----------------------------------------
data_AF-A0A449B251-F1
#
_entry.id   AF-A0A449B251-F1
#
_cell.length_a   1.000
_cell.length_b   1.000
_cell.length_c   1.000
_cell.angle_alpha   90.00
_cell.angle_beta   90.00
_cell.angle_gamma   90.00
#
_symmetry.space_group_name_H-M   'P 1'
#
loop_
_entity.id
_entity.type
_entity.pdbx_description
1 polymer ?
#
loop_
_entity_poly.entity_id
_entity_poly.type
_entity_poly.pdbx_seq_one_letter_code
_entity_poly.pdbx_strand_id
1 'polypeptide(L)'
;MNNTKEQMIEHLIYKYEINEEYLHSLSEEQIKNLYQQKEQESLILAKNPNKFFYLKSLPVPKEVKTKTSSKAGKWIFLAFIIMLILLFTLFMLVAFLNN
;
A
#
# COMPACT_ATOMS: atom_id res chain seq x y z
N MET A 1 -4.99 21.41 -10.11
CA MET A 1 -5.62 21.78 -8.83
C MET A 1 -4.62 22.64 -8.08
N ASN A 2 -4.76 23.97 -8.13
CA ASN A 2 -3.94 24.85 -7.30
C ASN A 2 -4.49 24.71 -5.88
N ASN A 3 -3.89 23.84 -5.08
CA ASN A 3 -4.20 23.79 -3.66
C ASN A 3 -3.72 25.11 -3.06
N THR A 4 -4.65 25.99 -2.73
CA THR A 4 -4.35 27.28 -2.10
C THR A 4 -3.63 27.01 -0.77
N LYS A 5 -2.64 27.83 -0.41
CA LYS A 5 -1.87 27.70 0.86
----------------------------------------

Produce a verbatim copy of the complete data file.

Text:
data_AF-A0A449B251-F1
#
_entry.id   AF-A0A449B251-F1
#
_cell.length_a   1.000
_cell.length_b   1.000
_cell.length_c   1.000
_cell.angle_alpha   90.00
_cell.angle_beta   90.00
_cell.angle_gamma   90.00
#
_symmetry.space_group_name_H-M   'P 1'
#
loop_
_entity.id
_entity.type
_entity.pdbx_description
1 polymer ?
#
loop_
_entity_poly.entity_id
_entity_poly.type
_entity_poly.pdbx_seq_one_letter_code
_entity_poly.pdbx_strand_id
1 'polypeptide(L)'
;MNNTKEQMIEHLIYKYEINEEYLHSLSEEQIKNLYQQKEQESLILAKNPNKFFYLKSLPVPKEVKTKTSSKAGKWIFLAFIIMLILLFTLFMLVAFLNN
;
A
#
# COMPACT_ATOMS: atom_id res chain seq x y z
N MET A 1 -4.99 21.41 -10.11
CA MET A 1 -5.62 21.78 -8.83
C MET A 1 -4.62 22.64 -8.08
N ASN A 2 -4.76 23.97 -8.13
CA ASN A 2 -3.94 24.85 -7.30
C ASN A 2 -4.49 24.71 -5.88
N ASN A 3 -3.89 23.84 -5.08
CA ASN A 3 -4.20 23.79 -3.66
C ASN A 3 -3.72 25.11 -3.06
N THR A 4 -4.65 25.99 -2.73
CA THR A 4 -4.35 27.28 -2.10
C THR A 4 -3.63 27.01 -0.77
N LYS A 5 -2.64 27.83 -0.41
CA LYS A 5 -1.87 27.70 0.86